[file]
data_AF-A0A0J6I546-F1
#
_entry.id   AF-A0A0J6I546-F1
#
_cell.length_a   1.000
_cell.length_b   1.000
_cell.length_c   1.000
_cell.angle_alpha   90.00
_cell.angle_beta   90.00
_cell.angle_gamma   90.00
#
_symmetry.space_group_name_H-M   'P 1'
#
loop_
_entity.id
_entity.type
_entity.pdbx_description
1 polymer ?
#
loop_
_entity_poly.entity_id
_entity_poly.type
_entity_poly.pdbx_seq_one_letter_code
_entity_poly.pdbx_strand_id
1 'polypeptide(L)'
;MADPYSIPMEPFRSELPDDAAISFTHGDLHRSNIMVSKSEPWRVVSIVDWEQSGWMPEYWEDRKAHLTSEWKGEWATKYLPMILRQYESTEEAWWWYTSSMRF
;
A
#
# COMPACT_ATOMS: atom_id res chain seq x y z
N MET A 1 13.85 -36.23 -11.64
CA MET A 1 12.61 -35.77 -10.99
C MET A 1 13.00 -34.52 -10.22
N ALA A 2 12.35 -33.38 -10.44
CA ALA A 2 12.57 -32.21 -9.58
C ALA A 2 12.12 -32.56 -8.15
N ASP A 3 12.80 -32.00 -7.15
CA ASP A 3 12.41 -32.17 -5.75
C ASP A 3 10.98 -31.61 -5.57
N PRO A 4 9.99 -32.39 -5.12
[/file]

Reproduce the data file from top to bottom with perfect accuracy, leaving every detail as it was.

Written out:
data_AF-A0A0J6I546-F1
#
_entry.id   AF-A0A0J6I546-F1
#
_cell.length_a   1.000
_cell.length_b   1.000
_cell.length_c   1.000
_cell.angle_alpha   90.00
_cell.angle_beta   90.00
_cell.angle_gamma   90.00
#
_symmetry.space_group_name_H-M   'P 1'
#
loop_
_entity.id
_entity.type
_entity.pdbx_description
1 polymer ?
#
loop_
_entity_poly.entity_id
_entity_poly.type
_entity_poly.pdbx_seq_one_letter_code
_entity_poly.pdbx_strand_id
1 'polypeptide(L)'
;MADPYSIPMEPFRSELPDDAAISFTHGDLHRSNIMVSKSEPWRVVSIVDWEQSGWMPEYWEDRKAHLTSEWKGEWATKYLPMILRQYESTEEAWWWYTSSMRF
;
A
#
# COMPACT_ATOMS: atom_id res chain seq x y z
N MET A 1 13.85 -36.23 -11.64
CA MET A 1 12.61 -35.77 -10.99
C MET A 1 13.00 -34.52 -10.22
N ALA A 2 12.35 -33.38 -10.44
CA ALA A 2 12.57 -32.21 -9.58
C ALA A 2 12.12 -32.56 -8.15
N ASP A 3 12.80 -32.00 -7.15
CA ASP A 3 12.41 -32.17 -5.75
C ASP A 3 10.98 -31.61 -5.57
N PRO A 4 9.99 -32.39 -5.12